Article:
Around twilight I walked her back to her nearby home. The sidewalk was canopied by trees that blocked the first few drops of a light rain, emphasizing the sparkles of a scattering of fireflies in the shadows, and across the lawn of the church.
Under the trees, several fireflies drifted into my path, occasionally even hovering in front of me. While we stopped to look at them, I held out my hand, palm down. One of them flew toward me, alighting on my hand. It extended its wings a few times, then settled down. As we resumed walking, it stayed in place, randomly flaring into yellow-green light. We were both amazed that it was so comfortable riding along with me.
We left the canopy of trees, and I blew gently across my hand, sending him flashing back to join his friends in the night. The rain picked up a bit as we approached her house, so I said goodnight and turned back the way I came.
My spirits were high as I strolled along the sidewalk, pausing under the leafy canopy to watch the rain. I knew it was going to rain harder, but I didn’t want to hurry. A little rain wasn’t going to hurt me, and it was too pleasant an evening to ruin by dashing across rain-slick streets. I drew a few odd looks from couples huddled under their rainbow umbrellas, but I didn’t care.
Most of the fireflies moved out of the drizzle and back under the trees. It felt good to see their lights, reminding me of my childhood and evenings spent chasing lightning bugs across my grandparents’ yard. A Miracle Whip jar waited on the porch, holes considerately punched in the lid with a screwdriver, furnished with a handful of grass to provide them with the comforts of home. Before morning, of course, any captives would have vanished; I have always suspected my grandmother was complicit in their daring escapes.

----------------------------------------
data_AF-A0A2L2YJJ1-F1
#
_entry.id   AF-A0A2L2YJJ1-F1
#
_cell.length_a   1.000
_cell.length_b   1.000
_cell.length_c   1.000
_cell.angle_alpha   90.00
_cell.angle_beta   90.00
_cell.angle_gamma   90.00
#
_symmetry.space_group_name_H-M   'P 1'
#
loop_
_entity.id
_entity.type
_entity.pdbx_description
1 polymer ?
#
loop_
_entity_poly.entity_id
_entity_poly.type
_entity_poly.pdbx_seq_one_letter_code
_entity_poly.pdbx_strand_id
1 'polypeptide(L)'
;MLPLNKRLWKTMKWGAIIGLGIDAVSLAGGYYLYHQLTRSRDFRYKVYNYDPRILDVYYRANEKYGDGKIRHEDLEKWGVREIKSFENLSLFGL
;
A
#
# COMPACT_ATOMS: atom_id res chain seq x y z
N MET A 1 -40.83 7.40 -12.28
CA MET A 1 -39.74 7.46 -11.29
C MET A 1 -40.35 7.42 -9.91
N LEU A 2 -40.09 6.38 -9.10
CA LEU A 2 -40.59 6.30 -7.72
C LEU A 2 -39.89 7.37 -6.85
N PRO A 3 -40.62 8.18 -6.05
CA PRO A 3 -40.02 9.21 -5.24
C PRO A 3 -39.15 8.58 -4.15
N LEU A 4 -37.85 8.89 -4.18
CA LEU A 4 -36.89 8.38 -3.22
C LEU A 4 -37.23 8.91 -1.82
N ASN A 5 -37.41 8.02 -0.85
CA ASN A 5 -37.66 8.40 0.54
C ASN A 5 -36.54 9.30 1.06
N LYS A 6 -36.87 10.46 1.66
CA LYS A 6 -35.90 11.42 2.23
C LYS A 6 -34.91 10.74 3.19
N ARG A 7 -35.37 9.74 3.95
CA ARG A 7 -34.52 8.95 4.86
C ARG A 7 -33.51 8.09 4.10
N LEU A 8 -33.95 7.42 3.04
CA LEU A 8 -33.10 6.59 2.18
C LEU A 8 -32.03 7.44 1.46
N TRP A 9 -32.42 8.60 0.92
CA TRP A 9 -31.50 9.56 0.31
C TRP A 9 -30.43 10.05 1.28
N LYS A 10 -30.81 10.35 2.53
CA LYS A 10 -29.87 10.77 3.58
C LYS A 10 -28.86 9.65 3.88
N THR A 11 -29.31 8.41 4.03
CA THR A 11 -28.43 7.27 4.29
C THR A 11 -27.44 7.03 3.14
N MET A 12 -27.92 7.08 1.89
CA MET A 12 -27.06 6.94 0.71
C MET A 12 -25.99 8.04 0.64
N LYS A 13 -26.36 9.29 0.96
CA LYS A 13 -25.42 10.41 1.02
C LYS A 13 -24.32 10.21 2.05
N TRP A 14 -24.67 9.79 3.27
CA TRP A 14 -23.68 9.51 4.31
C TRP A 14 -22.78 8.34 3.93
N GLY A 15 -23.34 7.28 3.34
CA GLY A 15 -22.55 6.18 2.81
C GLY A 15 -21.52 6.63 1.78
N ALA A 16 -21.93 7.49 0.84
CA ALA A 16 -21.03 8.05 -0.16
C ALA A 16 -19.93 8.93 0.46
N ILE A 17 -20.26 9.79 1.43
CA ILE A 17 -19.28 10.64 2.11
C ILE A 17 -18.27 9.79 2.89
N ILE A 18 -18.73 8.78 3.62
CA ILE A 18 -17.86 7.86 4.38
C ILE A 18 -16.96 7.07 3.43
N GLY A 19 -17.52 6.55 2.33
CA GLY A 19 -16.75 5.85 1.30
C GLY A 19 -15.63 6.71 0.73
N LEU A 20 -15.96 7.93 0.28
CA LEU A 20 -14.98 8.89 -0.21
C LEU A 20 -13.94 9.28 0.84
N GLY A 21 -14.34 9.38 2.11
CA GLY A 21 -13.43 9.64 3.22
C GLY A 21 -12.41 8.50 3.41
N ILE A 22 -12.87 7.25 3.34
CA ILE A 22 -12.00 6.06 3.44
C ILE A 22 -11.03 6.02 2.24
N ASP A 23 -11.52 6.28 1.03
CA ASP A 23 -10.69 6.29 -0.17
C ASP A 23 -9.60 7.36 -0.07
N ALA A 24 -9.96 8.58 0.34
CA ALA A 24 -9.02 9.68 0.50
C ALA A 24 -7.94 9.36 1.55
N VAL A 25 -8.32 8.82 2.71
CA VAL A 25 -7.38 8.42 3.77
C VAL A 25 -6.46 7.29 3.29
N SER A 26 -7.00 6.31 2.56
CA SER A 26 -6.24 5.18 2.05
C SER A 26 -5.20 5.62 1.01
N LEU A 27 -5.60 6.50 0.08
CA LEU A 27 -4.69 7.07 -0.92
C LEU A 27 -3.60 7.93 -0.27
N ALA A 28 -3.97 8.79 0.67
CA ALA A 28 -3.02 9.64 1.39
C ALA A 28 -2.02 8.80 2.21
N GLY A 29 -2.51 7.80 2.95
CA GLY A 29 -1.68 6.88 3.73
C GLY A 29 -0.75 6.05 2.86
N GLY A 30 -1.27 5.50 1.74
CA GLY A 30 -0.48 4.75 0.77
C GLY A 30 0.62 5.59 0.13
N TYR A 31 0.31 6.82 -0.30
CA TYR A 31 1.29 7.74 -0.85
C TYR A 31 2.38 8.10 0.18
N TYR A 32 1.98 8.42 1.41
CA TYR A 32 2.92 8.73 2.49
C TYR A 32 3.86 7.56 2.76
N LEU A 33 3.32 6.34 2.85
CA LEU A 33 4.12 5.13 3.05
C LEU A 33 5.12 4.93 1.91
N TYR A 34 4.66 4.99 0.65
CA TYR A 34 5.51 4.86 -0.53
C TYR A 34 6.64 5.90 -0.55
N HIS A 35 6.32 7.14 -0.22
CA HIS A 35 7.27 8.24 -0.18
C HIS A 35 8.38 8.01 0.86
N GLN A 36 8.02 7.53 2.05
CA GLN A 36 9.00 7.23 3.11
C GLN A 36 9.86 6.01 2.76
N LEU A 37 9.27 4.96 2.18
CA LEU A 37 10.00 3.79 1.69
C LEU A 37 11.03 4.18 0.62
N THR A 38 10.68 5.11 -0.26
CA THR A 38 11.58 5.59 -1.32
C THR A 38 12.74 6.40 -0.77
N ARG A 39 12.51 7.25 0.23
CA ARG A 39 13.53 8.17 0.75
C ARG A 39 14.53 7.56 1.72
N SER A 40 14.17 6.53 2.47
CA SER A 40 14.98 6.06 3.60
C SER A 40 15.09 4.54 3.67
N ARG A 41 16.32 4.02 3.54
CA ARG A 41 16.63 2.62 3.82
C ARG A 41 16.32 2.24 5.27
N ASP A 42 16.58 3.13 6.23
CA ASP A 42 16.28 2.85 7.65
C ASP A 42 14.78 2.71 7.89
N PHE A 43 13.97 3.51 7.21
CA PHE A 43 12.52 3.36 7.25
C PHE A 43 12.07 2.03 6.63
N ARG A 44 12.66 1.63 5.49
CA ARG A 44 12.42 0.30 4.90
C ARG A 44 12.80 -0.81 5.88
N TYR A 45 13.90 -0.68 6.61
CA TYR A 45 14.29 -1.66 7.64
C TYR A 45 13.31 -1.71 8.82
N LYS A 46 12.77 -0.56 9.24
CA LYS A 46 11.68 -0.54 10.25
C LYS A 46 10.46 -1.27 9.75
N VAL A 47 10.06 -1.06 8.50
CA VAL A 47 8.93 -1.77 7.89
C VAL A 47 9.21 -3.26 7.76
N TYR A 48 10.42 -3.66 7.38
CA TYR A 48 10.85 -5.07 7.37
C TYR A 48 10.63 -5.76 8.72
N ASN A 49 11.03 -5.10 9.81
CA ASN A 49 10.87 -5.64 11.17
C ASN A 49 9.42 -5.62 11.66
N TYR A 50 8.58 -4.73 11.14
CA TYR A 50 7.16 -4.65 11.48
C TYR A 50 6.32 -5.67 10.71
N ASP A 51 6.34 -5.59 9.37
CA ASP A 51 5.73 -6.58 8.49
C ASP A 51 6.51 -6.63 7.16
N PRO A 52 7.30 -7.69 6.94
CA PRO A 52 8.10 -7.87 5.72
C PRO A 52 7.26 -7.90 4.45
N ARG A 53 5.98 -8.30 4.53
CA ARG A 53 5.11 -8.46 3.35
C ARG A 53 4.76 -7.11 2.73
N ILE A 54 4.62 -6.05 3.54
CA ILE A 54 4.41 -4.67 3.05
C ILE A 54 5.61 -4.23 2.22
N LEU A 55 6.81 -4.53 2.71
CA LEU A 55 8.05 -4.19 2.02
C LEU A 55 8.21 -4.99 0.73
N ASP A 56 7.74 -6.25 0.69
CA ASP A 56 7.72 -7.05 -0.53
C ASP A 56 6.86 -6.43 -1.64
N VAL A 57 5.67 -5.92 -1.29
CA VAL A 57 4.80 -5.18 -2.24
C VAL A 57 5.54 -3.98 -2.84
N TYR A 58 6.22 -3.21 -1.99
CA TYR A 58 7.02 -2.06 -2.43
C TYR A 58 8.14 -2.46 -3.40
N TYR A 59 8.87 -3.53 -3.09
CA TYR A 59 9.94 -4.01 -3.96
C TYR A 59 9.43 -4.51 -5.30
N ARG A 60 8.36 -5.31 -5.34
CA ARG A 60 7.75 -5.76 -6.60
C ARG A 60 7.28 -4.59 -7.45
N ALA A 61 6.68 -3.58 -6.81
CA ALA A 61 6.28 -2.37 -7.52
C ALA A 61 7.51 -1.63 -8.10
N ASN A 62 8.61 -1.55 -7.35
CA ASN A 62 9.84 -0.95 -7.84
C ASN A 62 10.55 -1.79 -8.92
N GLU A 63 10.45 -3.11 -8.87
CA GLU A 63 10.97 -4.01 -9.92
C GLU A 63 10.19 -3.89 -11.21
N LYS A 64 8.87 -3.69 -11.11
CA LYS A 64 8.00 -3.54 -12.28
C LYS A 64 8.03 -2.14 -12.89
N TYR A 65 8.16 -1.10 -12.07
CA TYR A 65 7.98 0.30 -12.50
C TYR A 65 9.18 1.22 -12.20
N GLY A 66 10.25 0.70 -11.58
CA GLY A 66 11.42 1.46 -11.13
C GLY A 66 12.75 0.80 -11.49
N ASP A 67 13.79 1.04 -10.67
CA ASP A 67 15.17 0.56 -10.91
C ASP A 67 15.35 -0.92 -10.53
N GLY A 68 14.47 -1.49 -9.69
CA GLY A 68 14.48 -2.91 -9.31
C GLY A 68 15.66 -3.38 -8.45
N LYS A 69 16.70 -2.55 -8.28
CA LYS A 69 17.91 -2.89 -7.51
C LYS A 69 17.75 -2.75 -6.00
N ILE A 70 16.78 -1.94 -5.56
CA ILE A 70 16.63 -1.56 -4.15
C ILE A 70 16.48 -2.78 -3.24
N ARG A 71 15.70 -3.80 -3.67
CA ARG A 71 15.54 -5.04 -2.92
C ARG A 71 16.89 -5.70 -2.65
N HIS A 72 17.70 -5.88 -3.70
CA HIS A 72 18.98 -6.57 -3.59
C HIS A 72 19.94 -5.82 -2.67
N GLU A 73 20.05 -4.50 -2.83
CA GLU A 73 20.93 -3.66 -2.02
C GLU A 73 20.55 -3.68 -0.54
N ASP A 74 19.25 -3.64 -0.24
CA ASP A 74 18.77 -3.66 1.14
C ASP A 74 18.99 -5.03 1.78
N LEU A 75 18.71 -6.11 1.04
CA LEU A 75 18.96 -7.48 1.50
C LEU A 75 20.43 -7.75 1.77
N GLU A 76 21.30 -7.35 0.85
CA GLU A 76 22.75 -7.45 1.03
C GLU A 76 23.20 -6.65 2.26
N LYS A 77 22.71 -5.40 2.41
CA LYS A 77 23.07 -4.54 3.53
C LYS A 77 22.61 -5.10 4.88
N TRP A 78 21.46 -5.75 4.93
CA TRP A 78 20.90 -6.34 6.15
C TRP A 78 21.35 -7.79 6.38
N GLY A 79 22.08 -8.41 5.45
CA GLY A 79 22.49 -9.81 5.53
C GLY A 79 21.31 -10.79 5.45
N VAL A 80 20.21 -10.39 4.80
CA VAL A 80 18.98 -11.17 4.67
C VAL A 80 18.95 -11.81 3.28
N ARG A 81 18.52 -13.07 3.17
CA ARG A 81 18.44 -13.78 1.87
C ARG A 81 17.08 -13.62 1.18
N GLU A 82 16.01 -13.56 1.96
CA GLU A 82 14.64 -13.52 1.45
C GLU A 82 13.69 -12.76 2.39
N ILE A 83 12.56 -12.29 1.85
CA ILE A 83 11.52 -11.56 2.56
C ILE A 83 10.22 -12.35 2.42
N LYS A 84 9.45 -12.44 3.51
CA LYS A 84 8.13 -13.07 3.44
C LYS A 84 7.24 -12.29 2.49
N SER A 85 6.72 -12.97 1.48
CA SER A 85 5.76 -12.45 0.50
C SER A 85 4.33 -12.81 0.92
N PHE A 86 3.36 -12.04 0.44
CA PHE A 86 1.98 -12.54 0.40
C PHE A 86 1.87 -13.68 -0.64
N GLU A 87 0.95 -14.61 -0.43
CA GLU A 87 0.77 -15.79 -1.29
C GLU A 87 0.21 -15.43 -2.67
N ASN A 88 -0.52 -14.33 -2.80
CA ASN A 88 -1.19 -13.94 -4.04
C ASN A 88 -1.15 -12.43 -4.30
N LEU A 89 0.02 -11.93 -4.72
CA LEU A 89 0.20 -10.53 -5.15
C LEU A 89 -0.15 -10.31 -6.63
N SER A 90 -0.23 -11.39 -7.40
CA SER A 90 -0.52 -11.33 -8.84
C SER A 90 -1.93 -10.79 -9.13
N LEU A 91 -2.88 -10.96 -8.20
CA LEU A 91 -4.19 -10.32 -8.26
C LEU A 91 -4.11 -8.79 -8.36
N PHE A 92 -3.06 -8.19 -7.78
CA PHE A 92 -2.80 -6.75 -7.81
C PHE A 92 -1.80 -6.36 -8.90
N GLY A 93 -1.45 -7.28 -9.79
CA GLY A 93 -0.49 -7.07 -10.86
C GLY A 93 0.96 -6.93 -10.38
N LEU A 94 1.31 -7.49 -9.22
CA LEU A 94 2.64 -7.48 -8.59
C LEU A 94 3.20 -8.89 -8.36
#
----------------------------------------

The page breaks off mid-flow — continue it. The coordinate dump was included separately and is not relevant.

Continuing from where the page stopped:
As my thoughts drifted along the years, I held out my hand again, checking to see if the friendly insect wanted to accompany me on my return stroll. I was a bit surprised when one landed, but even more surprised when another soon joined the first. I raised my right hand, and soon there were five, blinking intermittently on the backs of my hands, advertising my presence.
I was afraid to move — almost afraid to breathe, lest I break the oddly tranquil spell. The analytic portion of my mind wondered what might be on my skin that would prove irresistible to fireflies; the mystic portion considered sympathetic magic and wondered if my reflective mood was drawing fireflies from my past. I watched them crawl across my skin for several minutes, thinking.
The weather stepped up from evening shower to minor rainstorm, and the trees stopped providing any shelter. At the same time I remembered a need for a grocery visit on the way home, and decided that I didn’t want to wander through the frozen food aisle soaked to the skin. I lifted my arms, and watched the fireflies lift off, flying into the foliage overhead.
A couple of nights ago I saw a scattering of lightning bugs in my yard. I thought of Kentucky, and mayo jars, and long-past mercies. I also thought about a twilight moment under the trees in front of a church in DC. There’s magic in our childhood memories, of course, but there’s also magic in our everyday lives.